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Historic And Design Review Commission Rejects Tower Plan For Joske's Building

San Antonio's Historic and Design Review Commission has rejected an application for a hotel tower to be placed atop the old Joske's building downtown.

Even up until a minute before the last vote, no one could have guessed the final outcome of a vote by commissioners, who were torn over the decision. Half the members were for the project, and half were against. One member didn’t show up to the meeting because he is involved with the architects, Overland Partners, to restore the St. Anthony Hotel.

Following the presentation by the project leaders, who told commissioners they improved the design to match the historic nature of Alamo Plaza and that they knocked the number of proposed hotel rooms in half, residents spoke both in favor and against the tower.

Betty Dabney didn't like any form of the project.

"This tower would cast a shadow over much of Alamo Plaza and the grounds as we have seen," said Dabney.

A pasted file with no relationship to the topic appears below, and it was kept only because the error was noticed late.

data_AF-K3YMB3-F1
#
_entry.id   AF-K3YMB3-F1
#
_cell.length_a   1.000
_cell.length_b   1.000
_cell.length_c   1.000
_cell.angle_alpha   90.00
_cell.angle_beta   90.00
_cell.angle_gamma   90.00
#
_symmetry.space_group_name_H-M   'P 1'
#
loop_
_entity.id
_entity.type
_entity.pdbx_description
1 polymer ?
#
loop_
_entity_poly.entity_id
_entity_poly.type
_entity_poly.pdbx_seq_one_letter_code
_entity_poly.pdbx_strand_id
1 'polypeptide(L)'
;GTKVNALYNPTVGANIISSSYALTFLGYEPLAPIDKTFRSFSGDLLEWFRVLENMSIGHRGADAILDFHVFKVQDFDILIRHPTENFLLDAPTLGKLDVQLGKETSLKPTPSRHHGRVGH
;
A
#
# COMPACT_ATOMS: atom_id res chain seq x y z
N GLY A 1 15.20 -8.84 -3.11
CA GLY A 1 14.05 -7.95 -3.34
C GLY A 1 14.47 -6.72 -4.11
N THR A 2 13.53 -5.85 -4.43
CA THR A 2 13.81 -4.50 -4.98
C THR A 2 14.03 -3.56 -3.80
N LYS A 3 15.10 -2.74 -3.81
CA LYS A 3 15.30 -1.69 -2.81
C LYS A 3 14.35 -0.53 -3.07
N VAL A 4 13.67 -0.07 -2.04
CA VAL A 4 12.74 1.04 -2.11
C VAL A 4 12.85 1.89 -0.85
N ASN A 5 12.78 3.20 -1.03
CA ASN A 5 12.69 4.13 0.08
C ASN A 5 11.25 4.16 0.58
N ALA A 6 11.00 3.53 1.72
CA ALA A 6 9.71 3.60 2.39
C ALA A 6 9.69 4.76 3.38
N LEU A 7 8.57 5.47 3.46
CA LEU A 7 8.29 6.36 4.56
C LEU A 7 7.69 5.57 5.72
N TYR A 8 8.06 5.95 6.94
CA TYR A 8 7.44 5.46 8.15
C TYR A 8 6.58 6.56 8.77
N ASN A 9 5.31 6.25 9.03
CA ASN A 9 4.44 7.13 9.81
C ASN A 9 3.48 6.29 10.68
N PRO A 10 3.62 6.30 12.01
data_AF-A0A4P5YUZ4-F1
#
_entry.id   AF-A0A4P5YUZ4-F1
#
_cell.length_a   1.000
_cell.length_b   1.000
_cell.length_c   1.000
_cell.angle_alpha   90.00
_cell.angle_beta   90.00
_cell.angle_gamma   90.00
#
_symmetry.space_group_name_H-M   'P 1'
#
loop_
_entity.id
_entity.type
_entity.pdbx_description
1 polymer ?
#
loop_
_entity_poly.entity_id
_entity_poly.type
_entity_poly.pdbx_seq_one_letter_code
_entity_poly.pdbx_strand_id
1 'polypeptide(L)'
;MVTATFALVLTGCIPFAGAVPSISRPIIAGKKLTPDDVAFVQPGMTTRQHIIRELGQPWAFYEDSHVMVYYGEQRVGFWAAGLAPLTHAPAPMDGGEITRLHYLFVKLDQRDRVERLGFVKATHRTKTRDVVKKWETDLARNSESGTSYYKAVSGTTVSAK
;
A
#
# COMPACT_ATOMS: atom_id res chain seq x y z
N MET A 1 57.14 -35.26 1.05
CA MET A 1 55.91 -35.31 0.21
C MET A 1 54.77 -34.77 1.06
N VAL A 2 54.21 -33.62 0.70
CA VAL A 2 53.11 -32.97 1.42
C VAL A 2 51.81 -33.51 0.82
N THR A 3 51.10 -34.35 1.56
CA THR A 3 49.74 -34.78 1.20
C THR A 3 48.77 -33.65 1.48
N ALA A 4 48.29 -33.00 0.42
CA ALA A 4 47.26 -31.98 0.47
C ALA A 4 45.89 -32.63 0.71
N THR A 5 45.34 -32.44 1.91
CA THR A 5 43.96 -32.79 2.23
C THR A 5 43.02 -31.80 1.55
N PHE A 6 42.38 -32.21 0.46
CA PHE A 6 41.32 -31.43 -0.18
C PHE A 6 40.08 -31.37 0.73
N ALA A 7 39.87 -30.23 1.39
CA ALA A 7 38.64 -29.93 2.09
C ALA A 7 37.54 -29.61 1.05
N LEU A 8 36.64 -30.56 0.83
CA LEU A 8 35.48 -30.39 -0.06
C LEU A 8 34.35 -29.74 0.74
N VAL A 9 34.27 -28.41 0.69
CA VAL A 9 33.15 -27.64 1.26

Many others, who have a business interest in downtown, told commissioners they felt the tower would spur more activity in the downtown area, thereby increasing retail business.

Ben Brewer, president of the Downtown Alliance, said a vote against the proposal would send a negative message to future developers wanting to revitalize downtown.

"This area of downtown has been static at best over the past several decades from a development perspective," Brewer said.

The deadlock ended when commissioner Kathryn Rodriguez changed her position from favoring the idea, to a rejection of the deal.

"It was a real close call, but then they finally talked some sense into her down there and she changed the vote. Yes! So, I'm happy," said Sarah Reveley, who has adamantly opposed the tower.

Rivercenter Mall's general manager, Chris Oviatt, rushed out of the board room following the vote. Earlier he told the commission that he needed an answer one way or the other because of deadlines.

He didn’t want to comment, but said they "have to regroup and consider all our options."

HDRC Chair Tim Cone sided with those like Reveley, saying he didn't think the project was appropriate for Alamo Plaza as it was presented.

Ryan Loyd was Texas Public Radio's city beat and political reporter. He left the organization in December, 2014.